How to reduce your waste during the holidays
Did you know waste increases 25 per cent during the holidays?
December 8, 2016, 8:17 pm ADTLast Updated: December 8, 2016, 8:17 pm
Waste management during the holiday season can be tricky. When the used garland, wrapping paper, bags, tinsel and bows pile up, it can be tough to keep the environment in mind.
But your holiday doesn’t have to be wasteful, says Shannon Betts, waste resource analyst for the Halifax Regional Municipality.
Betts says waste increases by about 25 per cent during the holiday and some recycling mistakes become more common.
“We see a lot of times people will mix their paper in the same bag with their bottles, cans, and plastics. We have to make sure that the paper is in a separate bag because once it gets to our recycling facility, we have two separate lines where we sort that material,” she said.
Due to an increase in parties and celebrations, Betts says they also see more disposable utensils and plates end up in recycling or the compost.
“If you’re having a party you should really try to use real dishes and real cutlery instead of disposable products. If you have to use disposable plates, paper is better than Styrofoam because you can compost paper plates.”
Here are a few tips on how to properly dispose of your holiday decorations and reduce your waste during the season of giving.
Reusable Christmas trees and decorations can be stored and reused for several years. Real Christmas trees will be picked up on your regular green cart collection week, after the holidays.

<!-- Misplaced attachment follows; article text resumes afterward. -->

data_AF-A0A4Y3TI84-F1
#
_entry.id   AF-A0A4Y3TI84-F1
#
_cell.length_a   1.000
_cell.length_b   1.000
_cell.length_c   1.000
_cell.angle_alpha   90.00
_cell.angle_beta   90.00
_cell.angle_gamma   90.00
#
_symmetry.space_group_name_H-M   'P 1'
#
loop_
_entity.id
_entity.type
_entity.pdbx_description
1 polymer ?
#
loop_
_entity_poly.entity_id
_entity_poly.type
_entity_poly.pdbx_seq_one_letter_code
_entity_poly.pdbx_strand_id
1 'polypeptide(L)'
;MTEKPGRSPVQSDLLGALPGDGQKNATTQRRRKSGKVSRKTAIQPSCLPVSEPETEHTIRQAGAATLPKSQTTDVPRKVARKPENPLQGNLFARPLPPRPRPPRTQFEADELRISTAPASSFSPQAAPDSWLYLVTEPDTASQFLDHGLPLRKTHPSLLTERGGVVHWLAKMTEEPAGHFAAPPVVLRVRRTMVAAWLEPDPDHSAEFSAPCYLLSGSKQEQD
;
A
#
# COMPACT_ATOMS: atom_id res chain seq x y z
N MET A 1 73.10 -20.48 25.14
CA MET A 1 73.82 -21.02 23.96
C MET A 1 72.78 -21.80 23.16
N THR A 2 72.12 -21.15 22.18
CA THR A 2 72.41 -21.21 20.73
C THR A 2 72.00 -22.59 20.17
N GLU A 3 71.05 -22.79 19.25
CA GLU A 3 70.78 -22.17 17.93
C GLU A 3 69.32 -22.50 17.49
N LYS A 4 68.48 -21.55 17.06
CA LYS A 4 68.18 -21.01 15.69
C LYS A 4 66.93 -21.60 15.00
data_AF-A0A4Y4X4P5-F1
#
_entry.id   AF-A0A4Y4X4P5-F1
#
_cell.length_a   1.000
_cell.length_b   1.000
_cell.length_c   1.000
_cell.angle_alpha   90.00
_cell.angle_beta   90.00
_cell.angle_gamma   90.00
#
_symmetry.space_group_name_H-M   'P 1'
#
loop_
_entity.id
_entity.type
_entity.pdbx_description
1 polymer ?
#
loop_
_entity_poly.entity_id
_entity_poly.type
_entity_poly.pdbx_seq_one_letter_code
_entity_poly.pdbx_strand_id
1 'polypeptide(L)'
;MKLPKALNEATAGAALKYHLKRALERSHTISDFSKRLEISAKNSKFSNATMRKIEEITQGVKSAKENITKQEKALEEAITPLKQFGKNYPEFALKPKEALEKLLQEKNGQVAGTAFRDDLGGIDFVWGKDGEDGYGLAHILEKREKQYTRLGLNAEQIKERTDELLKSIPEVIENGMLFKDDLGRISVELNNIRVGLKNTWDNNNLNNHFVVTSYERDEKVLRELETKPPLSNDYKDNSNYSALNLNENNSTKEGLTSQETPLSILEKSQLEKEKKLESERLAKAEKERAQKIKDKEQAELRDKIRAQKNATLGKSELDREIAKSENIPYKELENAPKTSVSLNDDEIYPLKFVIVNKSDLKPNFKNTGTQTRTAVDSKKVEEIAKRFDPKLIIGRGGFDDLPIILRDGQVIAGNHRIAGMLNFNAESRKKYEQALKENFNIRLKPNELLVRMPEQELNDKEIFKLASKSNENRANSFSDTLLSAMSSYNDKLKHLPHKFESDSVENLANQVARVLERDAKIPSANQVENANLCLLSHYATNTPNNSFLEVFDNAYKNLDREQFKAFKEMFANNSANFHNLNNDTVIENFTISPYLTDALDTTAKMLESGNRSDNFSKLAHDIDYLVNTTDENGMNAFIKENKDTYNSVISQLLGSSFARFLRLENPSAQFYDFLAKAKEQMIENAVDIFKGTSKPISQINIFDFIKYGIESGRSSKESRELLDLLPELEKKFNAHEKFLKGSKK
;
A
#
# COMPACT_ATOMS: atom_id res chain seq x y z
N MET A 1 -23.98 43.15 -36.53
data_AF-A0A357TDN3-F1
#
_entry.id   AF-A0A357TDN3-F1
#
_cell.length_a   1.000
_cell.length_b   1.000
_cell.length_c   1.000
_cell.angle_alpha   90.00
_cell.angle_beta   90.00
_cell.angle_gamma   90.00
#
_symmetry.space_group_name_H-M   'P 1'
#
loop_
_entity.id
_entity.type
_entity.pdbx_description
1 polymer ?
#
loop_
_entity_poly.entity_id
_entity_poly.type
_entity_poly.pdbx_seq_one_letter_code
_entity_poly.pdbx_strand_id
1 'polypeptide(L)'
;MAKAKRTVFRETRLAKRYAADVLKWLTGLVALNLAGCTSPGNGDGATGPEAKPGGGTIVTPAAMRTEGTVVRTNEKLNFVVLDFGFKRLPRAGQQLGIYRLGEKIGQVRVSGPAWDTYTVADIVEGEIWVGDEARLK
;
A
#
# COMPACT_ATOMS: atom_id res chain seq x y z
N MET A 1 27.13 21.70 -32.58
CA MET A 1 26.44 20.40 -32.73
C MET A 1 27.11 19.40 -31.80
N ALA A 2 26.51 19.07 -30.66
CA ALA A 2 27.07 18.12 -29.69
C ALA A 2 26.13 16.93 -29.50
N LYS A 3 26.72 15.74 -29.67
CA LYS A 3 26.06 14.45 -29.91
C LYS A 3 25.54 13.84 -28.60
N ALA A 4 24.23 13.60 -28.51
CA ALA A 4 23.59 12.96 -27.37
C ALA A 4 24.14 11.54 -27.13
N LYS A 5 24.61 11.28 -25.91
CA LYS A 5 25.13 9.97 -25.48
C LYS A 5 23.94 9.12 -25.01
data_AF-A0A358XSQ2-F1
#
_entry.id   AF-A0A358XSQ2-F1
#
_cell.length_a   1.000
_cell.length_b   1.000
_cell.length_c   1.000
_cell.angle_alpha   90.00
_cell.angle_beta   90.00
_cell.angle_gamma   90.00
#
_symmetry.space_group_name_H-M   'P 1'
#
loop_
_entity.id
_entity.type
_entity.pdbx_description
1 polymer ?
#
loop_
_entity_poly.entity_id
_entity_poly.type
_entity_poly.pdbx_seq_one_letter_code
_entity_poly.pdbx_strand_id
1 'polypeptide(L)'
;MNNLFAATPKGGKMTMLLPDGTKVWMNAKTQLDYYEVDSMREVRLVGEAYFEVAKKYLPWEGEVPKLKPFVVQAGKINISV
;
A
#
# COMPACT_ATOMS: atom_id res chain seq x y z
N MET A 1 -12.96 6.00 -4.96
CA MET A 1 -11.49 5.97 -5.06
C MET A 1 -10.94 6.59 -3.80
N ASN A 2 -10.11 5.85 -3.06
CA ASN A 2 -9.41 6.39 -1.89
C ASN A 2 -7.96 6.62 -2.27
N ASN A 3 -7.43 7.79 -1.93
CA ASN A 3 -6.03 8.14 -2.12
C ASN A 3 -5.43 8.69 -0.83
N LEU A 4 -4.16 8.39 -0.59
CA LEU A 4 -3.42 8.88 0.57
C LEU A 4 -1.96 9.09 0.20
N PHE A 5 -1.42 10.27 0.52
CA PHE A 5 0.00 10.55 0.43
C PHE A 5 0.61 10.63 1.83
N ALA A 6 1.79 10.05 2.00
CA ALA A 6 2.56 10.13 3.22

Remember to remove any plastic, tinsel, metal rings and nails. These items can’t be composted.
Compost as much natural greenery as possible. Wreaths with any metal wire or plastic go in garbage bags.
Paper gift wrap (with no foil or bows) can be recycled along with your other household paper and cardboard recycling.
Gift boxes can be recycled with your other household paper and cardboard recycling.
Foil wrap, gift bags, bows, and ribbon that can’t be reused go in the garbage.
Decorate gifts with natural pine cones, greenery, or dried berries so they can be composted afterwards.
Use last year’s wrapping paper, newspaper, comics, or old maps as wrapping paper. Try to reuse as many bows, ribbon, and gift bags as possible.
Use old shoe boxes as gift boxes and give old toys or clothing to a charitable organization instead of throwing them out.
Betts says it’s also important to remember the number of garbage bags allowed at the curb during collection: single-unit homes have a limit of six garbage bags, while multi-unit buildings have a limit of four.